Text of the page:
• Which fixatives have you worked with? Would like a reference for a polymer that will not completely harden the hair like a typical gel, yet will give a flexible hold. Also humidity resistant is what I’m currently after.

     Our clients have been asking for a product that will hold damp hair as soon as product is applied. Most fixatives I’ve used perform best with dry to slightly dry hair.

     If hair is too damp the product thins out leaving flyaways until water evaporates enough to allow holding of the fixative.

     What would you suggest for damp hair?

    I currently use a small amount of Ceteareth 30 in our formula mixed with Ceteareth 20 as the base to give it the firm piling effect when scraped with the back of a finger nail. Much like Suavecito if you have played with that brand. 

    Simethicone- any leads on ordering small amounts to test?
  • At the moment I have tested Fixate Freestyle but only on dry hair. The hold is not too good because I have used it at a lower percentage. if the percentage increases, the hold should get better. 

    I see a lot of pomades in the market using Ceteareth-25 so thats what I am using. Maybe I need to try Ceteareth 30 or 20. 

    I do not have Simethicone, would other types of silicon have the same effect?

  • @Dirtnap1 Well, in my latest attempts I would say two ingredients can do be of use in application you wanted. First of them would probably be VP/VA copolymer, as it is quite resistant to humidity. The other one would be PVP, preferably in 3 to 5% range but I need to say that the humidity resistent part tends to be a common problem with using PVP only. What I used in regard of providing the feel you asked is the up mentioned supstance with Saboflaw sat (inci: acrylate taurate copolymers) in ratio of 1:10 or 1:8. It did the job quite nice. Also, PVP-K90 can provide that feel also, so it's up to you to experiment really. Depending on the product you can pretty much use more than 100 fixative agents currently on the market.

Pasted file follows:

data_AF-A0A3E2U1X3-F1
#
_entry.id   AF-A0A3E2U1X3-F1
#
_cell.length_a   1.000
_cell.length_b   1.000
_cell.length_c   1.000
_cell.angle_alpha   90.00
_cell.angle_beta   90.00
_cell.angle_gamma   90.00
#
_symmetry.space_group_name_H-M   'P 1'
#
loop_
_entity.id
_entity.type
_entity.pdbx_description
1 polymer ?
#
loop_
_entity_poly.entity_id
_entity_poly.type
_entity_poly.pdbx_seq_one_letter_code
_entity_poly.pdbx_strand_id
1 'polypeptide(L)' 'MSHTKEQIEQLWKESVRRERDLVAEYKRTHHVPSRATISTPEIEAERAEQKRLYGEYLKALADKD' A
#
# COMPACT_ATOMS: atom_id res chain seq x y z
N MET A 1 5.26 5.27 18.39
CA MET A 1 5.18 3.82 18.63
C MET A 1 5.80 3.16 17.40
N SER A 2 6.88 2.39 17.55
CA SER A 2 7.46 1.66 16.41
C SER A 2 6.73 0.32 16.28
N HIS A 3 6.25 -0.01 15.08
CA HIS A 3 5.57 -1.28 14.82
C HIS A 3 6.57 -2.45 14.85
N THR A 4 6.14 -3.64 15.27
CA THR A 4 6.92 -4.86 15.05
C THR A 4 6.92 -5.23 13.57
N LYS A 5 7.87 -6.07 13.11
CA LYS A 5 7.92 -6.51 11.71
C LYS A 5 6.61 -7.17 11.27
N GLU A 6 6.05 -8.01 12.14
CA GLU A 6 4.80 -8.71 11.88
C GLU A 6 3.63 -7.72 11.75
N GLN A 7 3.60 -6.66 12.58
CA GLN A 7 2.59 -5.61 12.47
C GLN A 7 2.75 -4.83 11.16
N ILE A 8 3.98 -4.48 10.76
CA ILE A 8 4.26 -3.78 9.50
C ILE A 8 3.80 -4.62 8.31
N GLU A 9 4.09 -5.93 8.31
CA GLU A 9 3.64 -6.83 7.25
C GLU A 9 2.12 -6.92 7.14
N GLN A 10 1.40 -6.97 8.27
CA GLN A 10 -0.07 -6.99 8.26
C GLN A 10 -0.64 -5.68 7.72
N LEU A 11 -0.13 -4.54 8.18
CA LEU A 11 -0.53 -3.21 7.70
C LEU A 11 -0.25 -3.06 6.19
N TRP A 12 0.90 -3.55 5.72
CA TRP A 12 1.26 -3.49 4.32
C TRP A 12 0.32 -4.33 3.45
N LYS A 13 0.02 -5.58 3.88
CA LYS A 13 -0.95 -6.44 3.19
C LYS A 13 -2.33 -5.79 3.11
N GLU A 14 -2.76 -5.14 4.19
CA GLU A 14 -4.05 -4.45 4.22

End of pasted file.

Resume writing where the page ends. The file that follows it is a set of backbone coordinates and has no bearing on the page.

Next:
Also, adding a little bit of peg-8 beeswax can improve the product quite nicely, as well as setting that humectant ratio just right. 
  • @annyeap Well, to that problem:
    -add the oil phase into water phase slowly
    -do not mix at speeds more than 150-300rpm (depends of batch size)
    -vacuum pump would help immensely
    -add silicon oil such as dimetikon, simetikon, cyclomethicone and such. They reduce the forming of bubbles
    -after mixing the phases and emulsifying the product, remove excess bubbles from the top of the batch
    -after pouring and waiting for the pomade to set spray with ethanol all of your products (this is pretty much life changing). The ethanol reduces the surface tension of formed bubbles and as such helps them dissipate. 
  • @Svemirska_baklava thanks for your reply. I will try your suggestions and see what works. I only have one question regarding the silicon oil, currrently i am adding PEG-12 Dimethicone, I am wondering if it'll work to reduce the bubbles. The reason i am using this is because it is more water soluble because my pomade is transparent. I wonder if it'll turn blue if i add dimethicone/cyclomethicome etc

  • Bill_TogeBill_Toge Member, Professional Chemist
    @Svemirska_baklava nice to see another hot-fill styling product veteran on here!
    UK based formulation chemist. Strongest subjects: hair styling, hair bleaches, hair dyes (oxidative and non-oxidative) I know some stuff about: EU regulations, emulsions (O/W and W/O), toothpaste, mouthwash, shampoos, other toiletries
  • PEG-7 Glyceryl Cocoate use up to 5-20% in clear pomade formulation, but what's the main function of it?
    If It can thicken the pomade, what is the thicken mechanism?
  • VladVlad Member
    @Svemirska_baklava Hello, I am making water-based pomade, can I write to your mail to clarify some questions about the manufacture?